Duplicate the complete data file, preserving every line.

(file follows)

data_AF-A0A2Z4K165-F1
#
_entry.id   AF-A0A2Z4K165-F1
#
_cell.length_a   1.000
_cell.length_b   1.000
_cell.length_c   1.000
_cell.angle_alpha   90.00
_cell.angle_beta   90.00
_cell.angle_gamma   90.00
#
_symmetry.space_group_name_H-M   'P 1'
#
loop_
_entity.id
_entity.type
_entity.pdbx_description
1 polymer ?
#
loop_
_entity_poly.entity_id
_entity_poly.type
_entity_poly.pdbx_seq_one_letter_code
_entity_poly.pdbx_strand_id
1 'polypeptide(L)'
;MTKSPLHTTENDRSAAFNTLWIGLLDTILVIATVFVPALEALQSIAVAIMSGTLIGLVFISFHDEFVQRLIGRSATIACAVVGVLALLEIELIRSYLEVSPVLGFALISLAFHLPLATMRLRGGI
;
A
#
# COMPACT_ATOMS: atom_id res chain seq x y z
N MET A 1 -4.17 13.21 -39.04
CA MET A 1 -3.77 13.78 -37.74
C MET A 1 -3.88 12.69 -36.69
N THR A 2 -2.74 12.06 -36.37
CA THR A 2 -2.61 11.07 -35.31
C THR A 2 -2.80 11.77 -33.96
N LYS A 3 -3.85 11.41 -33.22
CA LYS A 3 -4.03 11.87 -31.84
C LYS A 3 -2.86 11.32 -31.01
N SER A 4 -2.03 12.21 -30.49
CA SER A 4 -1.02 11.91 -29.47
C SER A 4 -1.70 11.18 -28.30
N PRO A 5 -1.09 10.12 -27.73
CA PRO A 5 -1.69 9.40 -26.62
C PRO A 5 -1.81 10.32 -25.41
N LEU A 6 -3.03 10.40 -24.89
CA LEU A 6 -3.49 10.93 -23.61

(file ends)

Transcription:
data_AF-A0A2Z4K165-F1
#
_entry.id   AF-A0A2Z4K165-F1
#
_cell.length_a   1.000
_cell.length_b   1.000
_cell.length_c   1.000
_cell.angle_alpha   90.00
_cell.angle_beta   90.00
_cell.angle_gamma   90.00
#
_symmetry.space_group_name_H-M   'P 1'
#
loop_
_entity.id
_entity.type
_entity.pdbx_description
1 polymer ?
#
loop_
_entity_poly.entity_id
_entity_poly.type
_entity_poly.pdbx_seq_one_letter_code
_entity_poly.pdbx_strand_id
1 'polypeptide(L)'
;MTKSPLHTTENDRSAAFNTLWIGLLDTILVIATVFVPALEALQSIAVAIMSGTLIGLVFISFHDEFVQRLIGRSATIACAVVGVLALLEIELIRSYLEVSPVLGFALISLAFHLPLATMRLRGGI
;
A
#
# COMPACT_ATOMS: atom_id res chain seq x y z
N MET A 1 -4.17 13.21 -39.04
CA MET A 1 -3.77 13.78 -37.74
C MET A 1 -3.88 12.69 -36.69
N THR A 2 -2.74 12.06 -36.37
CA THR A 2 -2.61 11.07 -35.31
C THR A 2 -2.80 11.77 -33.96
N LYS A 3 -3.85 11.41 -33.22
CA LYS A 3 -4.03 11.87 -31.84
C LYS A 3 -2.86 11.32 -31.01
N SER A 4 -2.03 12.21 -30.49
CA SER A 4 -1.02 11.91 -29.47
C SER A 4 -1.70 11.18 -28.30
N PRO A 5 -1.09 10.12 -27.73
CA PRO A 5 -1.69 9.40 -26.62
C PRO A 5 -1.81 10.32 -25.41
N LEU A 6 -3.03 10.40 -24.89
CA LEU A 6 -3.49 10.93 -23.61